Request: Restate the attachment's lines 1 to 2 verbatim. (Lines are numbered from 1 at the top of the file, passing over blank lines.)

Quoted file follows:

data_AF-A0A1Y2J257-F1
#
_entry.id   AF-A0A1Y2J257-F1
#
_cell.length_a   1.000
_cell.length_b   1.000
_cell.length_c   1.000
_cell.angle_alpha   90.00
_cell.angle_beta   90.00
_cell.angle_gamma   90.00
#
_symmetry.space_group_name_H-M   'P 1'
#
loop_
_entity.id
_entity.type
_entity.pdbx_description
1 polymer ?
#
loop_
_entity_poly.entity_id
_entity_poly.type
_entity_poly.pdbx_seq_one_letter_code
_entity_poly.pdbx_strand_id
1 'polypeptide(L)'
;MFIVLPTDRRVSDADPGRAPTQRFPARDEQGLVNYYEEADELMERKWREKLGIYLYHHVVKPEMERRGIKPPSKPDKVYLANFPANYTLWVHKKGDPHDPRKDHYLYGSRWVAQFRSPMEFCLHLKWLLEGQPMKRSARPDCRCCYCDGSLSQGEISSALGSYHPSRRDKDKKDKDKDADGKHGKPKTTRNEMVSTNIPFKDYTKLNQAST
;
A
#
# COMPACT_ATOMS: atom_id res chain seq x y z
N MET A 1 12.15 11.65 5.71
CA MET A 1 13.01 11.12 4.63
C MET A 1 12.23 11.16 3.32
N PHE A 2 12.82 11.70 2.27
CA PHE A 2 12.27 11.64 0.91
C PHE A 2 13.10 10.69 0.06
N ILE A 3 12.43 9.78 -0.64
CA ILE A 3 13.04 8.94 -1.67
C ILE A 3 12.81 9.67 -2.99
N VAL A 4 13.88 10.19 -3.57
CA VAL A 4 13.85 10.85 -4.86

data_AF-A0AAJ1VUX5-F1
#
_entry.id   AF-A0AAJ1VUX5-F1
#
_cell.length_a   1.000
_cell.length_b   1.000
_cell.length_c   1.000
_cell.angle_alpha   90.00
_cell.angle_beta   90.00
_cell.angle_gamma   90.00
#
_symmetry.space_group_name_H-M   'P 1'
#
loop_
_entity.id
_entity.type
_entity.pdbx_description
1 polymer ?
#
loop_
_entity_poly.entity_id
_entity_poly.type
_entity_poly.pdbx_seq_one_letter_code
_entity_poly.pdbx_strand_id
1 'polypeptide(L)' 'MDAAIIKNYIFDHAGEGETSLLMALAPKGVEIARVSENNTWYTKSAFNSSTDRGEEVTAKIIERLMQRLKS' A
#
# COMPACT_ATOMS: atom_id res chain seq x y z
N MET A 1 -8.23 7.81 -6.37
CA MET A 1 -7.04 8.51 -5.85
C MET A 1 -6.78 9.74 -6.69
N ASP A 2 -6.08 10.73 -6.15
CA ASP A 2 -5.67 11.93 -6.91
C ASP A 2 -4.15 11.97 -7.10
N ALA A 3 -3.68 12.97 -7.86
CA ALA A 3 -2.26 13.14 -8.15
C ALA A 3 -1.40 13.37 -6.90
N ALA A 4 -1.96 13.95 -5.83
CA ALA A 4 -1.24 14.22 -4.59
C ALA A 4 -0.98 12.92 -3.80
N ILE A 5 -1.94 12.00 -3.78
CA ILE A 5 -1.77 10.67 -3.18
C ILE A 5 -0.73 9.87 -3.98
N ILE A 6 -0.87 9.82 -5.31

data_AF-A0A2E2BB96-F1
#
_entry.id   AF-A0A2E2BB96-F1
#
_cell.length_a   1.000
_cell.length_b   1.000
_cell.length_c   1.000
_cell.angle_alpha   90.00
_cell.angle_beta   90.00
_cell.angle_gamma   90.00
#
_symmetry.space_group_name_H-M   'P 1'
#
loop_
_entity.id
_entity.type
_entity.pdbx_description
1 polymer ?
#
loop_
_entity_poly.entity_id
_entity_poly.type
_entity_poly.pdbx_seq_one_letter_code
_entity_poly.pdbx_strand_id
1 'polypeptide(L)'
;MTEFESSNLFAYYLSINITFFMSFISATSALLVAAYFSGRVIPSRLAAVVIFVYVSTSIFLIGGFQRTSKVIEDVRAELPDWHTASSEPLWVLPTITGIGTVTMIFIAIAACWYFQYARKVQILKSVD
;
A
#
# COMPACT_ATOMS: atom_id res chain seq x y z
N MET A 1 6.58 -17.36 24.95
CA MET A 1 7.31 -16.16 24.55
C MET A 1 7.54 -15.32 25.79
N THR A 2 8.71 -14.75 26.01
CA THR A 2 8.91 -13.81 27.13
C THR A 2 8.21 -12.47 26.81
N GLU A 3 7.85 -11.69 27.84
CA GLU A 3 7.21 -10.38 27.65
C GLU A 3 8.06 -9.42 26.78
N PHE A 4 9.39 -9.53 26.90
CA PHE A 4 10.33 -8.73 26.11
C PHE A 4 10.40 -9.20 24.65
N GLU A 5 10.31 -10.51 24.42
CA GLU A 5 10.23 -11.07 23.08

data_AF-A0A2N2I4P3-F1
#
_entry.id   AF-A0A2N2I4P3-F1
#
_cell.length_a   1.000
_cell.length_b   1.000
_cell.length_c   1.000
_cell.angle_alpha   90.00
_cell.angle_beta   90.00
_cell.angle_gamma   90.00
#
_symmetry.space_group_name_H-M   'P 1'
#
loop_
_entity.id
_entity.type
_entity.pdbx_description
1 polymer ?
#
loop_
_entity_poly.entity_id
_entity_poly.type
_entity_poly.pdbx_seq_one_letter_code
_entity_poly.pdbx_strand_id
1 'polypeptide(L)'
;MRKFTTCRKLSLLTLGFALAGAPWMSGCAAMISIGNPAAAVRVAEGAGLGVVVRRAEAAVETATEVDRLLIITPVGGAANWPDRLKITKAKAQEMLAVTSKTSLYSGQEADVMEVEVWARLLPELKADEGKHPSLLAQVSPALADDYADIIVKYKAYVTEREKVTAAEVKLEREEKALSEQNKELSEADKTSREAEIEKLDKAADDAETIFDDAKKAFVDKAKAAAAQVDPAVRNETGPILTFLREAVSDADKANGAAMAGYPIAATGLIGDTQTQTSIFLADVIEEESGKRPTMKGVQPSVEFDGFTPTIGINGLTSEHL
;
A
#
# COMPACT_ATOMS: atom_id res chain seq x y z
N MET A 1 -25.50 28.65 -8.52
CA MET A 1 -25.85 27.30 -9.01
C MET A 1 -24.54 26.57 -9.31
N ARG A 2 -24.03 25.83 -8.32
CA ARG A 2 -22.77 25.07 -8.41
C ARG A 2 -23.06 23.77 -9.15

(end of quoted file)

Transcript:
data_AF-A0A1Y2J257-F1
#